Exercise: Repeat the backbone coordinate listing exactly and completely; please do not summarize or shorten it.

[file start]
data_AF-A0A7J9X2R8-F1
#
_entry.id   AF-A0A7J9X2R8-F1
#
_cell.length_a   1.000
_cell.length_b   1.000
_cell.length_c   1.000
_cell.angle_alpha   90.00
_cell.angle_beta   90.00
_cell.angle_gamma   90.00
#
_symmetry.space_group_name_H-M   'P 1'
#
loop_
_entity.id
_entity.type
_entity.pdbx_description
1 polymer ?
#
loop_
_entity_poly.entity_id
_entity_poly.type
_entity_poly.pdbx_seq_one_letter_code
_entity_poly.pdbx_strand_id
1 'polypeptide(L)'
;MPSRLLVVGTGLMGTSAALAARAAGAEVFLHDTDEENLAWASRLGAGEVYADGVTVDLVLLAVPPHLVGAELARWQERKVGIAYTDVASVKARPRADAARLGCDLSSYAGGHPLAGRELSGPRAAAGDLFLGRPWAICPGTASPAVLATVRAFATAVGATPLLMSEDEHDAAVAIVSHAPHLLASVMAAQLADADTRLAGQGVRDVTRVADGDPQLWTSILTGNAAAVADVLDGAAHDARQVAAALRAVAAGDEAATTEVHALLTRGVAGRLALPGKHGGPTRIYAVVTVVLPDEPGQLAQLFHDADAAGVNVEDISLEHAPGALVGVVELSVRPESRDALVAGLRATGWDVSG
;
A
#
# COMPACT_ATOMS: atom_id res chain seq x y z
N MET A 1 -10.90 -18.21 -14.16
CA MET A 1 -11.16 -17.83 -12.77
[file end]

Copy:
data_AF-A0A7J9X2R8-F1
#
_entry.id   AF-A0A7J9X2R8-F1
#
_cell.length_a   1.000
_cell.length_b   1.000
_cell.length_c   1.000
_cell.angle_alpha   90.00
_cell.angle_beta   90.00
_cell.angle_gamma   90.00
#
_symmetry.space_group_name_H-M   'P 1'
#
loop_
_entity.id
_entity.type
_entity.pdbx_description
1 polymer ?
#
loop_
_entity_poly.entity_id
_entity_poly.type
_entity_poly.pdbx_seq_one_letter_code
_entity_poly.pdbx_strand_id
1 'polypeptide(L)'
;MPSRLLVVGTGLMGTSAALAARAAGAEVFLHDTDEENLAWASRLGAGEVYADGVTVDLVLLAVPPHLVGAELARWQERKVGIAYTDVASVKARPRADAARLGCDLSSYAGGHPLAGRELSGPRAAAGDLFLGRPWAICPGTASPAVLATVRAFATAVGATPLLMSEDEHDAAVAIVSHAPHLLASVMAAQLADADTRLAGQGVRDVTRVADGDPQLWTSILTGNAAAVADVLDGAAHDARQVAAALRAVAAGDEAATTEVHALLTRGVAGRLALPGKHGGPTRIYAVVTVVLPDEPGQLAQLFHDADAAGVNVEDISLEHAPGALVGVVELSVRPESRDALVAGLRATGWDVSG
;
A
#
# COMPACT_ATOMS: atom_id res chain seq x y z
N MET A 1 -10.90 -18.21 -14.16
CA MET A 1 -11.16 -17.83 -12.77